The Third Culture

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The Third Culture: Beyond the Scientific Revolution
Author John Brockman
Publisher Simon & Schuster
Publication date
1995
ISBN 0-684-82344-6
OCLC 35515680

The Third Culture is a 1995 book by John Brockman which discusses the work of several well-known scientists who are directly communicating their new, sometimes provocative, ideas to the general public. John Brockman has continued the themes of 'The Third Culture' in the website of the Edge Foundation, where leading scientists and thinkers contribute their thoughts in plain English.

The title of the book refers to Charles Percy Snow's 1959 work The Two Cultures and the Scientific Revolution, which described the conflict between the cultures of the humanities and science.

Twenty-three people were included in the 1995 book:

The book influenced the reception of popular scientific literature in parts of the world beyond the United States. In Germany, the book inspired several newspapers to integrate scientific reports into their "Feuilleton" or "culture" sections (such as the Frankfurter Allgemeine Zeitung). At the same time, the assertions of the book were discussed as a source of controversy, especially the implicit assertion that "third culture thinking" is mainly an American development. Critics acknowledge that, whereas in the Anglo-Saxon cultures there is a large tradition of scientists writing popular books, such tradition was absent for a long period in the German and French languages, with journalists often filling the gap. However, some decades ago there were also scientists, like the physicists Heisenberg and Schrödinger and the psychologist Piaget, who fulfill the criteria Brockman named for "third culture." The German author Gabor Paal suggested that the idea of the "third culture" is a rather modern version of what Georg Wilhelm Friedrich Hegel called Realphilosophie (philosophy of the real).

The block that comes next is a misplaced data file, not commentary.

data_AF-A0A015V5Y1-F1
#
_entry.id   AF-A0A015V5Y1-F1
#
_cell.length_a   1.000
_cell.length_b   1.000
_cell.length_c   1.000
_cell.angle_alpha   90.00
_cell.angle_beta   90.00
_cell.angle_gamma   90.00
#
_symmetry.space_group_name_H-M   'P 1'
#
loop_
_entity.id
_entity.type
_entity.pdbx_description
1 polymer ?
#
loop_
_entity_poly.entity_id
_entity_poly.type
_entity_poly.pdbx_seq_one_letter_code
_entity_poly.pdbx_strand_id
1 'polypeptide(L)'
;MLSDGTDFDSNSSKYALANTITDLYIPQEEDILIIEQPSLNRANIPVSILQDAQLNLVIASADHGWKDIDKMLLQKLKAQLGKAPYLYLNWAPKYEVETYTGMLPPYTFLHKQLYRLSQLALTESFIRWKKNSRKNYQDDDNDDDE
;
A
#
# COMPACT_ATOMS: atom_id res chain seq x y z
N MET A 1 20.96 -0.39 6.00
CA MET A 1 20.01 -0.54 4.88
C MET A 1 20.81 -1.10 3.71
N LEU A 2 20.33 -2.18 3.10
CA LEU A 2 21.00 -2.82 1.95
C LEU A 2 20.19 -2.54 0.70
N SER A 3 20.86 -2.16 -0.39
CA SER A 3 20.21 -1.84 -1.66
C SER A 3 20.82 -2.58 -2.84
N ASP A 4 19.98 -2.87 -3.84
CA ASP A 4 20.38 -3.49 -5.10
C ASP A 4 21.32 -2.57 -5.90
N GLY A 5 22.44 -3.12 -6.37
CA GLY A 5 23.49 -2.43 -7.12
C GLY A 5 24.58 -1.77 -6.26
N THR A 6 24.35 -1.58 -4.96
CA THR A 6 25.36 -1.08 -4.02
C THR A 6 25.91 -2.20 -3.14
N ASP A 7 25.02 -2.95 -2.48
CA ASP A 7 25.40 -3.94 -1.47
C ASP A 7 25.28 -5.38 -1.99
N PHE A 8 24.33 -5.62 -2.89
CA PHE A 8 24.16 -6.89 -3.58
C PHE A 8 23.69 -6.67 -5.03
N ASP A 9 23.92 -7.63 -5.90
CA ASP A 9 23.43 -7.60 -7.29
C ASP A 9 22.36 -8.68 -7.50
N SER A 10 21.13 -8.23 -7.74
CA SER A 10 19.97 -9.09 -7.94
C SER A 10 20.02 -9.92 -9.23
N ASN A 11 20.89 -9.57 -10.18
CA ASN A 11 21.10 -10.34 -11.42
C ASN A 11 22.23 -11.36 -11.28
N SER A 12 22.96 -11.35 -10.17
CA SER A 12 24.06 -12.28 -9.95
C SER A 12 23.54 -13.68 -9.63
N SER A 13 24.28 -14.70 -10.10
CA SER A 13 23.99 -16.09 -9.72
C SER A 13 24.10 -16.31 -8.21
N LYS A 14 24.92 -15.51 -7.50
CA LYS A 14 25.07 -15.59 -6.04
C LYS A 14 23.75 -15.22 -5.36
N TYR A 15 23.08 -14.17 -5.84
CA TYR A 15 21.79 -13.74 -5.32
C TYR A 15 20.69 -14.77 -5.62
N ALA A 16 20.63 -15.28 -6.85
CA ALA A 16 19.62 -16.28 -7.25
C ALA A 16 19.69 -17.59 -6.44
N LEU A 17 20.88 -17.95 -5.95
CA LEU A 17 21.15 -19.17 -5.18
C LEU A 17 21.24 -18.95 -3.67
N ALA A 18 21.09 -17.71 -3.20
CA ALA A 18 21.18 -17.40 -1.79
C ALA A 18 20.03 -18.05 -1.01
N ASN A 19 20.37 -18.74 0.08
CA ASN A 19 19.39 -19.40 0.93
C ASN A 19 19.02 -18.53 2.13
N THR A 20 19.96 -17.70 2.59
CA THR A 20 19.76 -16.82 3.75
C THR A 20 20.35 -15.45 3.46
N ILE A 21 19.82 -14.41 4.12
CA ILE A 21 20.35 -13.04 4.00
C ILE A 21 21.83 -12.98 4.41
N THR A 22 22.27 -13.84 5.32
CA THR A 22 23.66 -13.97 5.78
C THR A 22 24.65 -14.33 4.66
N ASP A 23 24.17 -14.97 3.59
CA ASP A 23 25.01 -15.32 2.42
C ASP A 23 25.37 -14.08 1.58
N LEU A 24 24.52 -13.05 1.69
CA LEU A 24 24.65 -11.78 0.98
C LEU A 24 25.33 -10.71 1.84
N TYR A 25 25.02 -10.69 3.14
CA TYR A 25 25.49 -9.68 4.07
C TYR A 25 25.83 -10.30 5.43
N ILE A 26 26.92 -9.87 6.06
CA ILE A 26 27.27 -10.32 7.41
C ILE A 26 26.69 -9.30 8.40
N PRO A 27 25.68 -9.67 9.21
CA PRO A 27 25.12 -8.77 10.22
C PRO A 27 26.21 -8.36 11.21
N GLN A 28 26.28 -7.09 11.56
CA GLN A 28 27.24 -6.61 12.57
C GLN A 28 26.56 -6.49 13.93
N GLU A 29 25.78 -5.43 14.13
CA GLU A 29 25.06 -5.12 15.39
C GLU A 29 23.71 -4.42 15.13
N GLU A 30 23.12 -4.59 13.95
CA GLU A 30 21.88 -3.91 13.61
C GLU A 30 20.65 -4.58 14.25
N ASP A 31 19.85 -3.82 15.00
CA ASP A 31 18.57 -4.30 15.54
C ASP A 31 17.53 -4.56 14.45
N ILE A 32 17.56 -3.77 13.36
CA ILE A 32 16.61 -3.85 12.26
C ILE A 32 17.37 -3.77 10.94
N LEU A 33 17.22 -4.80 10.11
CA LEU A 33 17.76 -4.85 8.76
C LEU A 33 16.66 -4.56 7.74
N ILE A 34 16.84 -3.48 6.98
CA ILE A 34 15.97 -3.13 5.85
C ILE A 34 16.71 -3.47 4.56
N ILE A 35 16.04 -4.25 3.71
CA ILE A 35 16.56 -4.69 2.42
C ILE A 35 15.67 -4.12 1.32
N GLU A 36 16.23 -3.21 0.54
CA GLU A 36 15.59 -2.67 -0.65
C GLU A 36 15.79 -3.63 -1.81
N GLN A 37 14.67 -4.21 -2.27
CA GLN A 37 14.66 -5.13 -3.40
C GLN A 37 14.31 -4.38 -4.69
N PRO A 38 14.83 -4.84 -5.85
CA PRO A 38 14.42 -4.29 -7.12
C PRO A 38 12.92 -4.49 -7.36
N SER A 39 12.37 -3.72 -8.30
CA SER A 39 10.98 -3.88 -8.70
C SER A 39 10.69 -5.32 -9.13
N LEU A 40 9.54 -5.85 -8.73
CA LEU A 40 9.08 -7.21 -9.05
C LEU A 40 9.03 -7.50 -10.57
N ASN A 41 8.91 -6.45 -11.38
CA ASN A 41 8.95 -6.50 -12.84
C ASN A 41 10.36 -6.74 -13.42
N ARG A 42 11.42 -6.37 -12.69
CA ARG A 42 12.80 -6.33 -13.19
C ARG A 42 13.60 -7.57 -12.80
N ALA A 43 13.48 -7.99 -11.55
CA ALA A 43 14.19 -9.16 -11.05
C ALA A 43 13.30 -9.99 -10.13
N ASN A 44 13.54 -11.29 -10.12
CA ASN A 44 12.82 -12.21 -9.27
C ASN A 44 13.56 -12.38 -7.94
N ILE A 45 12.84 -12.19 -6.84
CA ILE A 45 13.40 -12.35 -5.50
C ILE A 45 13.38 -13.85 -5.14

Also, already during the interwar period, Otto Neurath and other members of the Vienna Circle strongly propagated the need for both the unity of science and the popularization of new scientific concepts. With the rise of the Nazis in Germany and Austria, many of the Vienna Circle's members left for the United States where they taught in several universities, causing their philosophical ideas to spread in the Anglo-Saxon world throughout the 1930s-1940s.

References[edit]

  • John Brockman, The Third Culture: Beyond the Scientific Revolution, Simon & Schuster: 1995 ISBN 0-684-82344-6
  • Gabor Paal, Was ist schön? Ästhetik und Erkenntnis, Koenighausen & Neumann (2003), Würzburg. ISBN 3-8260-2425-7

Further reading[edit]

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